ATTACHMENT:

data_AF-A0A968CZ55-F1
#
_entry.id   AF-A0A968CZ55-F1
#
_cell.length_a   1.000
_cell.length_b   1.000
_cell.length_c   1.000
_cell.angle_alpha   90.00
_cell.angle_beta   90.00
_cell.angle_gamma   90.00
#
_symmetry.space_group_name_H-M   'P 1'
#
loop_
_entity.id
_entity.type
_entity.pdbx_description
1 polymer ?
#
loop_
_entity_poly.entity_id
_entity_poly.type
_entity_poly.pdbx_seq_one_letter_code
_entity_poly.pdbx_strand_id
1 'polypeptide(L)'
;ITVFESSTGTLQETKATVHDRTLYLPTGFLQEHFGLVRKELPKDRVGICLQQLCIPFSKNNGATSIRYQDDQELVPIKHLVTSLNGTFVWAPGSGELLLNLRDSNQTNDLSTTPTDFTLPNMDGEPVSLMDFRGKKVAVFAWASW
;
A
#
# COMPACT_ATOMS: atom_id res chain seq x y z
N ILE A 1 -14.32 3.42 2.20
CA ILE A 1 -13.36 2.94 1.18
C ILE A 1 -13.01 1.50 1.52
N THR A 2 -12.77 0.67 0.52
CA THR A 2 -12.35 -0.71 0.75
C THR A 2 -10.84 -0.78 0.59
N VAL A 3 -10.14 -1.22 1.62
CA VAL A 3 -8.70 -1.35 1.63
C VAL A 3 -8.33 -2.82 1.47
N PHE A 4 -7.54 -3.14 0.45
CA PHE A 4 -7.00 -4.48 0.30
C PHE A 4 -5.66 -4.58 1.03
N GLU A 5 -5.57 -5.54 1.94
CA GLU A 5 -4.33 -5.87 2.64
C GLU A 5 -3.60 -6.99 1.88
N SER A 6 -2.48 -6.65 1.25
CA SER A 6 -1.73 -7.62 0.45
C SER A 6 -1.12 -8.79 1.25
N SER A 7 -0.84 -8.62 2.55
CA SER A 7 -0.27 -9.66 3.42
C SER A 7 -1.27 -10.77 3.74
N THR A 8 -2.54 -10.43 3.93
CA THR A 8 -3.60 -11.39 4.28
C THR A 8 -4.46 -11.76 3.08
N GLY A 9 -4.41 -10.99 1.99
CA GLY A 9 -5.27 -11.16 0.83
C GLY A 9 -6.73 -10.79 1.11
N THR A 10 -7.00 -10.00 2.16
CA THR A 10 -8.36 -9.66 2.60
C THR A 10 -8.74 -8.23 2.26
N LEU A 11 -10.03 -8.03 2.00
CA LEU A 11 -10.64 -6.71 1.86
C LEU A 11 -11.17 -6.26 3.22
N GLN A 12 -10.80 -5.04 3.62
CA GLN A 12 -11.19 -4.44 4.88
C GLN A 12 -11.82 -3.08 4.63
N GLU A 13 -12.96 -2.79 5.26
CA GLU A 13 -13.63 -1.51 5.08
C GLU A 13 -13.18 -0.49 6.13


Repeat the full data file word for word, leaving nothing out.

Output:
data_AF-A0A968CZ55-F1
#
_entry.id   AF-A0A968CZ55-F1
#
_cell.length_a   1.000
_cell.length_b   1.000
_cell.length_c   1.000
_cell.angle_alpha   90.00
_cell.angle_beta   90.00
_cell.angle_gamma   90.00
#
_symmetry.space_group_name_H-M   'P 1'
#
loop_
_entity.id
_entity.type
_entity.pdbx_description
1 polymer ?
#
loop_
_entity_poly.entity_id
_entity_poly.type
_entity_poly.pdbx_seq_one_letter_code
_entity_poly.pdbx_strand_id
1 'polypeptide(L)'
;ITVFESSTGTLQETKATVHDRTLYLPTGFLQEHFGLVRKELPKDRVGICLQQLCIPFSKNNGATSIRYQDDQELVPIKHLVTSLNGTFVWAPGSGELLLNLRDSNQTNDLSTTPTDFTLPNMDGEPVSLMDFRGKKVAVFAWASW
;
A
#
# COMPACT_ATOMS: atom_id res chain seq x y z
N ILE A 1 -14.32 3.42 2.20
CA ILE A 1 -13.36 2.94 1.18
C ILE A 1 -13.01 1.50 1.52
N THR A 2 -12.77 0.67 0.52
CA THR A 2 -12.35 -0.71 0.75
C THR A 2 -10.84 -0.78 0.59
N VAL A 3 -10.14 -1.22 1.62
CA VAL A 3 -8.70 -1.35 1.63
C VAL A 3 -8.33 -2.82 1.47
N PHE A 4 -7.54 -3.14 0.45
CA PHE A 4 -7.00 -4.48 0.30
C PHE A 4 -5.66 -4.58 1.03
N GLU A 5 -5.57 -5.54 1.94
CA GLU A 5 -4.33 -5.87 2.64
C GLU A 5 -3.60 -6.99 1.88
N SER A 6 -2.48 -6.65 1.25
CA SER A 6 -1.73 -7.62 0.45
C SER A 6 -1.12 -8.79 1.25
N SER A 7 -0.84 -8.62 2.55
CA SER A 7 -0.27 -9.66 3.42
C SER A 7 -1.27 -10.77 3.74
N THR A 8 -2.54 -10.43 3.93
CA THR A 8 -3.60 -11.39 4.28
C THR A 8 -4.46 -11.76 3.08
N GLY A 9 -4.41 -10.99 1.99
CA GLY A 9 -5.27 -11.16 0.83
C GLY A 9 -6.73 -10.79 1.11
N THR A 10 -7.00 -10.00 2.16
CA THR A 10 -8.36 -9.66 2.60
C THR A 10 -8.74 -8.23 2.26
N LEU A 11 -10.03 -8.03 2.00
CA LEU A 11 -10.64 -6.71 1.86
C LEU A 11 -11.17 -6.26 3.22
N GLN A 12 -10.80 -5.04 3.62
CA GLN A 12 -11.19 -4.44 4.88
C GLN A 12 -11.82 -3.08 4.63
N GLU A 13 -12.96 -2.79 5.26
CA GLU A 13 -13.63 -1.51 5.08
C GLU A 13 -13.18 -0.49 6.13